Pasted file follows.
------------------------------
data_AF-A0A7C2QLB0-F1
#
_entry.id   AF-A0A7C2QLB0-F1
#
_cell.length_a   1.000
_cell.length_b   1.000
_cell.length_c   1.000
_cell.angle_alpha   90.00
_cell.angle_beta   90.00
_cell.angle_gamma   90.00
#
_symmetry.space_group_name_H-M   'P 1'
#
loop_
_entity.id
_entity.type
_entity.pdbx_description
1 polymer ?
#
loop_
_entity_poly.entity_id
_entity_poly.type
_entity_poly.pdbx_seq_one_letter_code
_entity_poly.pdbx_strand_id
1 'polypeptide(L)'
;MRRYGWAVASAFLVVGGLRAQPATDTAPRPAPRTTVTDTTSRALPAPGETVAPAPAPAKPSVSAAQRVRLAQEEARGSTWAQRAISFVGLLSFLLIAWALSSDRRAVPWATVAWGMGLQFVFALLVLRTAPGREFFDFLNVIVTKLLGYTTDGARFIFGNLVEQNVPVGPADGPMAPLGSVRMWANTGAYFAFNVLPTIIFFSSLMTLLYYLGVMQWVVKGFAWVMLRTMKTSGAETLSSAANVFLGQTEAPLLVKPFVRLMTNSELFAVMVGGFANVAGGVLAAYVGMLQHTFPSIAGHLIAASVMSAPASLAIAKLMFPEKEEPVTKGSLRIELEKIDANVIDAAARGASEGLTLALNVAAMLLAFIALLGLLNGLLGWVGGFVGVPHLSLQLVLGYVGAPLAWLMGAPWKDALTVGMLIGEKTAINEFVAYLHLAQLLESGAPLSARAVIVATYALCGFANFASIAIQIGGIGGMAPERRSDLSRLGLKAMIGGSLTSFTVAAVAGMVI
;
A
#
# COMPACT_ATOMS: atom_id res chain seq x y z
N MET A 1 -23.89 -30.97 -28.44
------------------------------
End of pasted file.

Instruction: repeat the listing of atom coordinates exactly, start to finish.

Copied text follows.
data_AF-A0A7C2QLB0-F1
#
_entry.id   AF-A0A7C2QLB0-F1
#
_cell.length_a   1.000
_cell.length_b   1.000
_cell.length_c   1.000
_cell.angle_alpha   90.00
_cell.angle_beta   90.00
_cell.angle_gamma   90.00
#
_symmetry.space_group_name_H-M   'P 1'
#
loop_
_entity.id
_entity.type
_entity.pdbx_description
1 polymer ?
#
loop_
_entity_poly.entity_id
_entity_poly.type
_entity_poly.pdbx_seq_one_letter_code
_entity_poly.pdbx_strand_id
1 'polypeptide(L)'
;MRRYGWAVASAFLVVGGLRAQPATDTAPRPAPRTTVTDTTSRALPAPGETVAPAPAPAKPSVSAAQRVRLAQEEARGSTWAQRAISFVGLLSFLLIAWALSSDRRAVPWATVAWGMGLQFVFALLVLRTAPGREFFDFLNVIVTKLLGYTTDGARFIFGNLVEQNVPVGPADGPMAPLGSVRMWANTGAYFAFNVLPTIIFFSSLMTLLYYLGVMQWVVKGFAWVMLRTMKTSGAETLSSAANVFLGQTEAPLLVKPFVRLMTNSELFAVMVGGFANVAGGVLAAYVGMLQHTFPSIAGHLIAASVMSAPASLAIAKLMFPEKEEPVTKGSLRIELEKIDANVIDAAARGASEGLTLALNVAAMLLAFIALLGLLNGLLGWVGGFVGVPHLSLQLVLGYVGAPLAWLMGAPWKDALTVGMLIGEKTAINEFVAYLHLAQLLESGAPLSARAVIVATYALCGFANFASIAIQIGGIGGMAPERRSDLSRLGLKAMIGGSLTSFTVAAVAGMVI
;
A
#
# COMPACT_ATOMS: atom_id res chain seq x y z
N MET A 1 -23.89 -30.97 -28.44